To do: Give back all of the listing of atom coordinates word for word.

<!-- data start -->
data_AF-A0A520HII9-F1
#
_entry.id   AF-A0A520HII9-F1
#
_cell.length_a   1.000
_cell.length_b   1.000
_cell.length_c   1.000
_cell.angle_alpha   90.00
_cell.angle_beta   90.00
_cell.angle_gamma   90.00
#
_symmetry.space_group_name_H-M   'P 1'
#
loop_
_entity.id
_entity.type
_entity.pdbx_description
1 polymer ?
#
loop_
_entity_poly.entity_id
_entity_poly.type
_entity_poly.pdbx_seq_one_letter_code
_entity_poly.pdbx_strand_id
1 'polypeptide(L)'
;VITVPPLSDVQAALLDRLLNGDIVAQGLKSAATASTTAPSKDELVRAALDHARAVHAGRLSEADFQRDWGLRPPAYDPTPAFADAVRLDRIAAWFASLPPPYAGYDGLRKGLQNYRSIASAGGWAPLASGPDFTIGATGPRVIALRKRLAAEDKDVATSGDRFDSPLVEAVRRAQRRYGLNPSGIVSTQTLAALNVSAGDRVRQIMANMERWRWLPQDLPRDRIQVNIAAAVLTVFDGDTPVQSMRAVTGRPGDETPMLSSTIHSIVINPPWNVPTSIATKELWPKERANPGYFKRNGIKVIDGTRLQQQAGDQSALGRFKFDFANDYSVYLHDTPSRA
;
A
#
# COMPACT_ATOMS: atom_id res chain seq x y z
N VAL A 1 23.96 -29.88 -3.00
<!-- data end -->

data_AF-A0A520HII9-F1
#
_entry.id   AF-A0A520HII9-F1
#
_cell.length_a   1.000
_cell.length_b   1.000
_cell.length_c   1.000
_cell.angle_alpha   90.00
_cell.angle_beta   90.00
_cell.angle_gamma   90.00
#
_symmetry.space_group_name_H-M   'P 1'
#
loop_
_entity.id
_entity.type
_entity.pdbx_description
1 polymer ?
#
loop_
_entity_poly.entity_id
_entity_poly.type
_entity_poly.pdbx_seq_one_letter_code
_entity_poly.pdbx_strand_id
1 'polypeptide(L)'
;VITVPPLSDVQAALLDRLLNGDIVAQGLKSAATASTTAPSKDELVRAALDHARAVHAGRLSEADFQRDWGLRPPAYDPTPAFADAVRLDRIAAWFASLPPPYAGYDGLRKGLQNYRSIASAGGWAPLASGPDFTIGATGPRVIALRKRLAAEDKDVATSGDRFDSPLVEAVRRAQRRYGLNPSGIVSTQTLAALNVSAGDRVRQIMANMERWRWLPQDLPRDRIQVNIAAAVLTVFDGDTPVQSMRAVTGRPGDETPMLSSTIHSIVINPPWNVPTSIATKELWPKERANPGYFKRNGIKVIDGTRLQQQAGDQSALGRFKFDFANDYSVYLHDTPSRA
;
A
#
# COMPACT_ATOMS: atom_id res chain seq x y z
N VAL A 1 23.96 -29.88 -3.00